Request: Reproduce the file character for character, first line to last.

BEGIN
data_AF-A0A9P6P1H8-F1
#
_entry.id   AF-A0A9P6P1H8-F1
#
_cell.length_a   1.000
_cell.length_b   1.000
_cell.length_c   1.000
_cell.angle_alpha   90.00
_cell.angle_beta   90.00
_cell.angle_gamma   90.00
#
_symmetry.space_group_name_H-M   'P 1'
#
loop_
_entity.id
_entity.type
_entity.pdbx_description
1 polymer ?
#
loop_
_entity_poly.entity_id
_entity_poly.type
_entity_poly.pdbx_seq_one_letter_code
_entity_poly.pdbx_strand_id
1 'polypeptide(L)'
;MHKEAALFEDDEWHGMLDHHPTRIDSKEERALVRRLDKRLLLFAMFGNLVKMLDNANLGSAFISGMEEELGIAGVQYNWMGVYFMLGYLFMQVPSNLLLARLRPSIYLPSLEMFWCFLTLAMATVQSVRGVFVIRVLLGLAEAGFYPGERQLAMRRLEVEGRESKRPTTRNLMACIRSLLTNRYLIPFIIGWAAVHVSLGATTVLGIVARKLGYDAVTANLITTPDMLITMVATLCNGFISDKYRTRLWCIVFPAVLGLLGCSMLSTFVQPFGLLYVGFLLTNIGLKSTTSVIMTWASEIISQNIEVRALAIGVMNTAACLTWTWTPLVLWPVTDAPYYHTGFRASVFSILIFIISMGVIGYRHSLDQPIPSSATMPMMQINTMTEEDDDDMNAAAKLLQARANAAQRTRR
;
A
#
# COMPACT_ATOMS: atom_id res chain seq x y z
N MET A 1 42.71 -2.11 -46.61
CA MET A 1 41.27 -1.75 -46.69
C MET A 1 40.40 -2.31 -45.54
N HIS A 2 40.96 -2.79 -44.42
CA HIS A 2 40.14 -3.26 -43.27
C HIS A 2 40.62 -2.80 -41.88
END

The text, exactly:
data_AF-A0A9P6P1H8-F1
#
_entry.id   AF-A0A9P6P1H8-F1
#
_cell.length_a   1.000
_cell.length_b   1.000
_cell.length_c   1.000
_cell.angle_alpha   90.00
_cell.angle_beta   90.00
_cell.angle_gamma   90.00
#
_symmetry.space_group_name_H-M   'P 1'
#
loop_
_entity.id
_entity.type
_entity.pdbx_description
1 polymer ?
#
loop_
_entity_poly.entity_id
_entity_poly.type
_entity_poly.pdbx_seq_one_letter_code
_entity_poly.pdbx_strand_id
1 'polypeptide(L)'
;MHKEAALFEDDEWHGMLDHHPTRIDSKEERALVRRLDKRLLLFAMFGNLVKMLDNANLGSAFISGMEEELGIAGVQYNWMGVYFMLGYLFMQVPSNLLLARLRPSIYLPSLEMFWCFLTLAMATVQSVRGVFVIRVLLGLAEAGFYPGERQLAMRRLEVEGRESKRPTTRNLMACIRSLLTNRYLIPFIIGWAAVHVSLGATTVLGIVARKLGYDAVTANLITTPDMLITMVATLCNGFISDKYRTRLWCIVFPAVLGLLGCSMLSTFVQPFGLLYVGFLLTNIGLKSTTSVIMTWASEIISQNIEVRALAIGVMNTAACLTWTWTPLVLWPVTDAPYYHTGFRASVFSILIFIISMGVIGYRHSLDQPIPSSATMPMMQINTMTEEDDDDMNAAAKLLQARANAAQRTRR
;
A
#
# COMPACT_ATOMS: atom_id res chain seq x y z
N MET A 1 42.71 -2.11 -46.61
CA MET A 1 41.27 -1.75 -46.69
C MET A 1 40.40 -2.31 -45.54
N HIS A 2 40.96 -2.79 -44.42
CA HIS A 2 40.14 -3.26 -43.27
C HIS A 2 40.62 -2.80 -41.88